Nearly a decade after the first film, co-directors Robert Rodriguez and Frank Miller have reunited to bring the visually stunning Sin City graphic novels back to the screen for Sin City: A Dame to Kill For. In a town where murderers reign and the desperate want vengeance, their paths cross at the famous Kadie’s Club Pecos, where Nancy Callahan (Jessica Alba) still dances while mourning the loss of her love, John Hartigan (Bruce Willis). With Marv (Mickey Rourke) in the center of the carnage, a cocky young gambler named Johnny (Joseph Gordon-Levitt) takes on the villainous Senator Roark (Powers Boothe), and Dwight McCarthy (Josh Brolin) is battles with the woman of his dreams and nightmares, Ava Lord (Eva Green).
During this exclusive phone interview with Collider, actor Dennis Haysbert (who plays Manute, the mysterious, loyal and lethal bodyguard who has served many of Sin City’s most powerful figures) talked about why he wanted to be a part of this universe, how he came to take over this role from Michael Clarke Duncan (who played Manute in the first film), how quickly he took to the green screen process, how much wearing the chauffeur’s outfit from hell helped to inform his performance, his character’s motivations, what most impressed him about the way that Robert Rodriguez works, and how much he admired Eva Green’s work ethic and talent. He also talked about what led him back to TV for Fox’s Backstrom, and the experience of working on Men, Women & Children with director Jason Reitman. Check out what he had to say after the jump, and be aware that there are some spoilers.
Collider: What’s the coolest thing about being a part of the Sin City universe?
How did you come to be a part of this? Did Robert Rodriguez reach out to you about taking over this role?
HAYSBERT: I knew that they were going to be reading actors for Manute, and I wanted to give it a shot. I wanted a shot to do it, and they embraced that and said, “All right, come on in. Let’s see what you’ve got.” So, I went in, and the rest is history. It felt good when I went into the office, and it just worked.
Obviously, the reason the role was available was tragic, and it’s never the reason that you want a role to be available. Did taking on this role carry a weight to it because you wanted to do justice to what Michael Clarke Duncan established in the first film?
HAYSBERT: I definitely wanted to pay homage to what he did and use his performance in the first one as a foundation. But, I had to make it my own. I couldn’t sit there and try to imitate Michael Clarke Duncan. I think that would have been disastrous. I had to make it my own. I tried to take as many nuances that he had with the character and utilize them as best I could, while creating a character that was unique to me. That’s going to happen, no matter what. No matter what you set out to do and how you set out to do it, you ultimately have to be who you are, and who you are as that character. So, I paid as much homage as I could to what Michael Clarke did, and had to rely on my own gifts to guide me through it.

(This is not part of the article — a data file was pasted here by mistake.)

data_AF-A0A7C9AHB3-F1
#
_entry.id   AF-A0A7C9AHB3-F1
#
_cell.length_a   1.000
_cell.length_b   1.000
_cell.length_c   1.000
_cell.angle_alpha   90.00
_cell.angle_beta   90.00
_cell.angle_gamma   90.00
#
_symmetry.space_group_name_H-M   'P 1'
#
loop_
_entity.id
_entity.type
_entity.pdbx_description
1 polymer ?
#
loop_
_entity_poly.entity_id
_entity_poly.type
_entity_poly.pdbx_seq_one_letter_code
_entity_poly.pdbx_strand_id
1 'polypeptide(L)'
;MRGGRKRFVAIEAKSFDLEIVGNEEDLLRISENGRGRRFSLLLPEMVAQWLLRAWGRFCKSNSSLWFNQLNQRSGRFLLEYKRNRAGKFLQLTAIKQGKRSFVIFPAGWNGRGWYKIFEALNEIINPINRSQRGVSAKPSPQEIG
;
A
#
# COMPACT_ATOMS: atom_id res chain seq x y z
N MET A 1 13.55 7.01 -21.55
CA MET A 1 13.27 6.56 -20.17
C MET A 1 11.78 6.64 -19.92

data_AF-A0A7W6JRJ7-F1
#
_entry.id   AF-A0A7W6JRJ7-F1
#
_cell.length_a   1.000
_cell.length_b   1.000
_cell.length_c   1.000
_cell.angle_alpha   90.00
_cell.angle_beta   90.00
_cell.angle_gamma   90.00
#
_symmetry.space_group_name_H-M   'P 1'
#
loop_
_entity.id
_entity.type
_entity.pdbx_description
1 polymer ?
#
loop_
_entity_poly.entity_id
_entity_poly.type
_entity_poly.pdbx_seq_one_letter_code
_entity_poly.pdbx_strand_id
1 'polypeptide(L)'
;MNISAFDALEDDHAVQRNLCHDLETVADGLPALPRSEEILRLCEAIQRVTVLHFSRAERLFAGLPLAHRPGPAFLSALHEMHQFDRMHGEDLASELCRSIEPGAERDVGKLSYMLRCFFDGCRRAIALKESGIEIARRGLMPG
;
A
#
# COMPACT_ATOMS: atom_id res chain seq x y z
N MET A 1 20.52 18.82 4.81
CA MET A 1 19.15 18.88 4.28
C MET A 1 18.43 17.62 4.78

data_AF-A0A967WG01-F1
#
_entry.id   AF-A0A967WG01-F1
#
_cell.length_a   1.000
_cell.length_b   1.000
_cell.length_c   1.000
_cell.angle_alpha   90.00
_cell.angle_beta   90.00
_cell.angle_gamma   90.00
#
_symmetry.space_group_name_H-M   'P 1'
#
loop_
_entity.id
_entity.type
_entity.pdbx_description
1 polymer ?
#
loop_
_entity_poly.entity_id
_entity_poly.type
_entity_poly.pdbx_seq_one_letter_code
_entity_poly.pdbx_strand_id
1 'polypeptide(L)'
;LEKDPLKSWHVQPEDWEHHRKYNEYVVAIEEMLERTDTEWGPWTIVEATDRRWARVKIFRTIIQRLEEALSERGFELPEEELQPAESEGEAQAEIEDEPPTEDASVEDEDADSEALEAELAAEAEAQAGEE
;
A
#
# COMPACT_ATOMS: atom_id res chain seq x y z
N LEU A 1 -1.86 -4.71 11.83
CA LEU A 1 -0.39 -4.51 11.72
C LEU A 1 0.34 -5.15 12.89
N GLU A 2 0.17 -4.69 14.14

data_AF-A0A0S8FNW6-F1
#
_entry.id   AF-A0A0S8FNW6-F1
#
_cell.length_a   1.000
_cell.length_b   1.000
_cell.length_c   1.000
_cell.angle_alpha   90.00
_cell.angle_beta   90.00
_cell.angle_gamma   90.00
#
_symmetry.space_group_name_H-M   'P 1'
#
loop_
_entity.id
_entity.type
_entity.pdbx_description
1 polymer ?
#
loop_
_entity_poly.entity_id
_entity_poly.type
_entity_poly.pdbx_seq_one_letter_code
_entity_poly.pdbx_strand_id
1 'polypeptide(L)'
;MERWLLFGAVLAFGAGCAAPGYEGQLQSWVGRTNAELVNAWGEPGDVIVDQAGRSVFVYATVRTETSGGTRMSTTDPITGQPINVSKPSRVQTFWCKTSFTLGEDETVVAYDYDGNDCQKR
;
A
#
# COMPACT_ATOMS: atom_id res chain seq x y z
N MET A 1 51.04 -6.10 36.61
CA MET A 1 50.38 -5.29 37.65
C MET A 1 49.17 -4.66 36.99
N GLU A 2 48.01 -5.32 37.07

Did it help a bit that this part of this character’s story was more of a prequel and didn’t really fall directly into the same timeline?
HAYSBERT: That’s true, it is a prequel. There’s part of it when Manute has both eyes. And the character was actually fleshed out a lot more, in this movie. I got to show people who Manute is and why he is and how devout he is. He is Ava’s protector and punisher. It’s really quite an interesting dynamic. I wanted to play to the truth of who Manute was in the first film, while it’s also a prequel and the originator [of the story]. It was an interesting dynamic to work with, definitely. I haven’t seen the film yet, but the way it felt when I was doing it, it felt like it worked. I can’t wait to see it!
Unless you’ve worked with Robert Rodriguez before, you haven’t really had a green screen experience quite like this one. How did you find that process?
HAYSBERT: I took to it very quickly. I’m very imaginative anyway, and it just set off that part of my brain. It made me focus in on the actors a lot more. I didn’t have the distraction of looking at my surroundings. Realizing that my surroundings were going to be built around me, the way that I performed, we helped the directors through the performance, to create the world that we were going to be seen in. I was very fascinated with that. When I saw the trailers, I said, “Oh, god, it didn’t look like that when we did it!,” but it felt like that. They were fitting the world that we created in our minds around us, and it works.